The ongoing skirmish between a pair of general aviation operators at Chattanooga Airport now appears to have drawn in President Barack Obama and Air Force One.
When the president visited Chattanooga on Tuesday, his plane was taken to the airport-owned Wilson Air Center facility rather than to TAC Air, which says it has the contract to handle military fueling operations at Lovell Field.
"The problem is we have a landlord who jumped in front of us," said Dave Edwards, marketing director at TAC Air. "It's another example of the problem when you're competing with your own landlord."
But, an airport spokesman said it had no part in where Air Force One was parked.
"We were informed by the Air Force that they planned to use Wilson Air Center as the arrival and departure location," said spokesman Albert Waterhouse. "We were told the ability to limit access to the west side of the air field was attractive to the operational and security teams, and was among their reasons for choosing that location."
Still, there were reportedly three other aircraft accompanying Air Force One that did refuel at TAC Air. Edwards said the contract with the government should have been honored.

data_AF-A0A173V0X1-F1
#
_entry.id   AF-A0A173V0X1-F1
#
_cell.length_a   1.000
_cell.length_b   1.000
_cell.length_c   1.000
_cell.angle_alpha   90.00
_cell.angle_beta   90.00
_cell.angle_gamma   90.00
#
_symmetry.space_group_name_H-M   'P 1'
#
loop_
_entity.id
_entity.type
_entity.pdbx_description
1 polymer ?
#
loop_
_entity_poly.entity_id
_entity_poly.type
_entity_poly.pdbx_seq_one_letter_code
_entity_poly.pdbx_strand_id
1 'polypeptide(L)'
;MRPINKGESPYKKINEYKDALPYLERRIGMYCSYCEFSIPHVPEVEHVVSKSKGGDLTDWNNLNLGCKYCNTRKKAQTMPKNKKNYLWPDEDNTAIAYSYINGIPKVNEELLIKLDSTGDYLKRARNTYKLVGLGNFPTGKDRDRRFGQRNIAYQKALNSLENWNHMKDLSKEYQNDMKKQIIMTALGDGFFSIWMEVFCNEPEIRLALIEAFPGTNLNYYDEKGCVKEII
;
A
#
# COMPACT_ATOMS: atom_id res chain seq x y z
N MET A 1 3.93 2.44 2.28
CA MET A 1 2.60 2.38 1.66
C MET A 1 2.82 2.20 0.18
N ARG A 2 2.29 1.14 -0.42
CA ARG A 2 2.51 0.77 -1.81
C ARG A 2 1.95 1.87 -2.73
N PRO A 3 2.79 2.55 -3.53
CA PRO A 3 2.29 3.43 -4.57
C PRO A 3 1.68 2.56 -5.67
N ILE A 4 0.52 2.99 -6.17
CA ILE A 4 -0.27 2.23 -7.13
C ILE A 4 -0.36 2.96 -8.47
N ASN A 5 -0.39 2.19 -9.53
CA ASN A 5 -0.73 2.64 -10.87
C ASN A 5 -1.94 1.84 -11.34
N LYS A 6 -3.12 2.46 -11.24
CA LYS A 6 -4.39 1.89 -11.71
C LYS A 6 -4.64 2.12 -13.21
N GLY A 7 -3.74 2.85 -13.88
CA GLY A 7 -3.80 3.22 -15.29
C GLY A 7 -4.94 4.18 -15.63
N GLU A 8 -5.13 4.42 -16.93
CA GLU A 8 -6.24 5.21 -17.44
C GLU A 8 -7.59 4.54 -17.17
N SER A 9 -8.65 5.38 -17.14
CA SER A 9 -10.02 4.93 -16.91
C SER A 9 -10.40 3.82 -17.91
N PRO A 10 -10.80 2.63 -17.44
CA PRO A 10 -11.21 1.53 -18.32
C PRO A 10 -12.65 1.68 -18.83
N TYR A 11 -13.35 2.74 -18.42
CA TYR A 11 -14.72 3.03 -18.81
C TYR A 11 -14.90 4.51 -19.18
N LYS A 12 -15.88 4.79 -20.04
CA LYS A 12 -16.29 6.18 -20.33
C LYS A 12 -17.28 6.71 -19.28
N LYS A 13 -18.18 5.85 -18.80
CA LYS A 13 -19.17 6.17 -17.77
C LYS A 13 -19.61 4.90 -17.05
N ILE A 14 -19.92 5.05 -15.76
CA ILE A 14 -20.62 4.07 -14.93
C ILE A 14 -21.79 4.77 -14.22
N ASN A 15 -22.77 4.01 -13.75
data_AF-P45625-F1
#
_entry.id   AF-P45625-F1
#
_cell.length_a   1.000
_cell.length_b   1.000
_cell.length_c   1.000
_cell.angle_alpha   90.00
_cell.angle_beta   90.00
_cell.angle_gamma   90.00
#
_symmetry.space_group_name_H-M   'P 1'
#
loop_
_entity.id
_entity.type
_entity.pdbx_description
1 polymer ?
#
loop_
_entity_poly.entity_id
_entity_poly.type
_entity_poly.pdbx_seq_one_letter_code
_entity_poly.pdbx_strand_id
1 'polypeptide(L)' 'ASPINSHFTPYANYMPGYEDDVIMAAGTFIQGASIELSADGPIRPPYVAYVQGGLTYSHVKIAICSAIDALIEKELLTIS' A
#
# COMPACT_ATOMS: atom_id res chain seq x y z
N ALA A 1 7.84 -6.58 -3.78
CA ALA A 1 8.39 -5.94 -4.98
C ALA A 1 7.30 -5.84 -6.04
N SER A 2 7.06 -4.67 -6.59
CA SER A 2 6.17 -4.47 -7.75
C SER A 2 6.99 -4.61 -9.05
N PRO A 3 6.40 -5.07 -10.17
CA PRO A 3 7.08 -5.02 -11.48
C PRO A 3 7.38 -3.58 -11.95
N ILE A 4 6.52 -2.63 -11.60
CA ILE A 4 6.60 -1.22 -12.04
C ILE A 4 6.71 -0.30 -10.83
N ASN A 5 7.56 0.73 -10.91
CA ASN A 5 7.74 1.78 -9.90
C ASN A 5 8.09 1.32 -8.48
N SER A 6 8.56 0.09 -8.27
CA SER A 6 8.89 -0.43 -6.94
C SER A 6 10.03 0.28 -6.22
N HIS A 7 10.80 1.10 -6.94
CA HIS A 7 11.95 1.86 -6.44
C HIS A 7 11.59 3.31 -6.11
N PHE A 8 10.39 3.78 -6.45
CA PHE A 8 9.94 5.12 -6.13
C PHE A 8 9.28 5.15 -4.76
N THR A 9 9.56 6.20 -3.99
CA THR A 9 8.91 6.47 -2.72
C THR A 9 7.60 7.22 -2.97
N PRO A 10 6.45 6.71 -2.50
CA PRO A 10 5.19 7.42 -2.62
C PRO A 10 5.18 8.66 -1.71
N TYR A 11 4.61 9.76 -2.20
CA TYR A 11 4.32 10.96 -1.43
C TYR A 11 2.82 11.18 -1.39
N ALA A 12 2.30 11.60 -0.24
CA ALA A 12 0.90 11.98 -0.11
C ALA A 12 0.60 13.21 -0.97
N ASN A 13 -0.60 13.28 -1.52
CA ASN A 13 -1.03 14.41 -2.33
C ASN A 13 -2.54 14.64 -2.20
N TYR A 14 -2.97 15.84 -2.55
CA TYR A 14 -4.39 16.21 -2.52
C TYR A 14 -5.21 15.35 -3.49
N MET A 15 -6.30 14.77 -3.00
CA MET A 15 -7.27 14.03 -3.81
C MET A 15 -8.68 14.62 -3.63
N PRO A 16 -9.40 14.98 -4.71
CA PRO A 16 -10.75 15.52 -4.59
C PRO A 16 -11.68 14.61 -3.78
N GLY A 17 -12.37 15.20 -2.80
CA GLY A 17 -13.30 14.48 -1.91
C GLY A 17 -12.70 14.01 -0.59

"The airport should have said for this aircraft to go to the facility that has the government contract," he said.
The flare-up is the latest round in three years of fighting between the airport and TAC Air over the relatively new aviation center that generally services smaller private planes.
In mid-2010, airport officials unveiled plans to build up to $10 million in new facilities for corporate tenants and personal aircraft. State grants are paying for about 90 percent of the cost of the facilities while the airport covers the remainder, officials have said.
Airport officials said the new aviation center was needed because of complaints about TAC Air.
TAC Air has said that the airport is trying to shut down its business in Chattanooga and using taxpayer money to do so.
The new facility also has been a money loser to date. According to the airport, projected losses this year will put the total amount of red ink at an estimated $1.31 million.
Airport officials said it takes time for a startup operation to become fiscally viable and that it is on track to become so.
Contact Mike Pare at firstname.lastname@example.org or 423-757-6318.